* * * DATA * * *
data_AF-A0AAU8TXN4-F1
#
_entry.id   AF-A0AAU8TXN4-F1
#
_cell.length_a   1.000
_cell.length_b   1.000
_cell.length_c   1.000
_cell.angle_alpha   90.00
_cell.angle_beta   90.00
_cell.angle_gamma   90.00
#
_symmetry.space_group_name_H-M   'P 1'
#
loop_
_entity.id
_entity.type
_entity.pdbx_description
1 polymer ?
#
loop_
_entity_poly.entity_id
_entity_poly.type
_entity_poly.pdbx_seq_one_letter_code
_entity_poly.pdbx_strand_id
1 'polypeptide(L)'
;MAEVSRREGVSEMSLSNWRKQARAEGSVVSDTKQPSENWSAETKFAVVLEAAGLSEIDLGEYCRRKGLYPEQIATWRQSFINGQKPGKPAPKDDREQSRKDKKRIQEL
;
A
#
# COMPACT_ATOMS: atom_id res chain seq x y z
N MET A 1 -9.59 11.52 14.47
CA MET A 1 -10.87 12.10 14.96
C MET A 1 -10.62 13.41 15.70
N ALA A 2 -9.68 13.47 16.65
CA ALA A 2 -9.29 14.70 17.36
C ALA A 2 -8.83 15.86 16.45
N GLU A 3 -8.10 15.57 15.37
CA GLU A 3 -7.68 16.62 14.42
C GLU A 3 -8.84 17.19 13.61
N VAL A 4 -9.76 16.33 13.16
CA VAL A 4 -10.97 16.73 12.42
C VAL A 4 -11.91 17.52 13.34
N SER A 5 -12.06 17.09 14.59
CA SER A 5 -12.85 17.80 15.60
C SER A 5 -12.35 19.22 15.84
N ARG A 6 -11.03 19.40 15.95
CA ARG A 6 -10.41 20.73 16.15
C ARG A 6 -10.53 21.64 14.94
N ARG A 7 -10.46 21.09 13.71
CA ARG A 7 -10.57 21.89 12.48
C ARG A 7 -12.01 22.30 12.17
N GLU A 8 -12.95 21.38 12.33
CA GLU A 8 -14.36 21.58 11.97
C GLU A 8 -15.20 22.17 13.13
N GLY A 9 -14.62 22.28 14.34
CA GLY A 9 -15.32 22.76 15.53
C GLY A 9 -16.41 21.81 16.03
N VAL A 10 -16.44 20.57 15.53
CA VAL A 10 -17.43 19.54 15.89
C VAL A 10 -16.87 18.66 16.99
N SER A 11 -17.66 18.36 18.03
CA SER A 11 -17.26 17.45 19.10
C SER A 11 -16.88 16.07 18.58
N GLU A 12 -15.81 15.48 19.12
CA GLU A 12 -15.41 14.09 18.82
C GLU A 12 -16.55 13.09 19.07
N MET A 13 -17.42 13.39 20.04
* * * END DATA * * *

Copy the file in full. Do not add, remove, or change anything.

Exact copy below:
data_AF-A0AAU8TXN4-F1
#
_entry.id   AF-A0AAU8TXN4-F1
#
_cell.length_a   1.000
_cell.length_b   1.000
_cell.length_c   1.000
_cell.angle_alpha   90.00
_cell.angle_beta   90.00
_cell.angle_gamma   90.00
#
_symmetry.space_group_name_H-M   'P 1'
#
loop_
_entity.id
_entity.type
_entity.pdbx_description
1 polymer ?
#
loop_
_entity_poly.entity_id
_entity_poly.type
_entity_poly.pdbx_seq_one_letter_code
_entity_poly.pdbx_strand_id
1 'polypeptide(L)'
;MAEVSRREGVSEMSLSNWRKQARAEGSVVSDTKQPSENWSAETKFAVVLEAAGLSEIDLGEYCRRKGLYPEQIATWRQSFINGQKPGKPAPKDDREQSRKDKKRIQEL
;
A
#
# COMPACT_ATOMS: atom_id res chain seq x y z
N MET A 1 -9.59 11.52 14.47
CA MET A 1 -10.87 12.10 14.96
C MET A 1 -10.62 13.41 15.70
N ALA A 2 -9.68 13.47 16.65
CA ALA A 2 -9.29 14.70 17.36
C ALA A 2 -8.83 15.86 16.45
N GLU A 3 -8.10 15.57 15.37
CA GLU A 3 -7.68 16.62 14.42
C GLU A 3 -8.84 17.19 13.61
N VAL A 4 -9.76 16.33 13.16
CA VAL A 4 -10.97 16.73 12.42
C VAL A 4 -11.91 17.52 13.34
N SER A 5 -12.06 17.09 14.59
CA SER A 5 -12.85 17.80 15.60
C SER A 5 -12.35 19.22 15.84
N ARG A 6 -11.03 19.40 15.95
CA ARG A 6 -10.41 20.73 16.15
C ARG A 6 -10.53 21.64 14.94
N ARG A 7 -10.46 21.09 13.71
CA ARG A 7 -10.57 21.89 12.48
C ARG A 7 -12.01 22.30 12.17
N GLU A 8 -12.95 21.38 12.33
CA GLU A 8 -14.36 21.58 11.97
C GLU A 8 -15.20 22.17 13.13
N GLY A 9 -14.62 22.28 14.34
CA GLY A 9 -15.32 22.76 15.53
C GLY A 9 -16.41 21.81 16.03
N VAL A 10 -16.44 20.57 15.53
CA VAL A 10 -17.43 19.54 15.89
C VAL A 10 -16.87 18.66 16.99
N SER A 11 -17.66 18.36 18.03
CA SER A 11 -17.26 17.45 19.10
C SER A 11 -16.88 16.07 18.58
N GLU A 12 -15.81 15.48 19.12
CA GLU A 12 -15.41 14.09 18.82
C GLU A 12 -16.55 13.09 19.07
N MET A 13 -17.42 13.39 20.04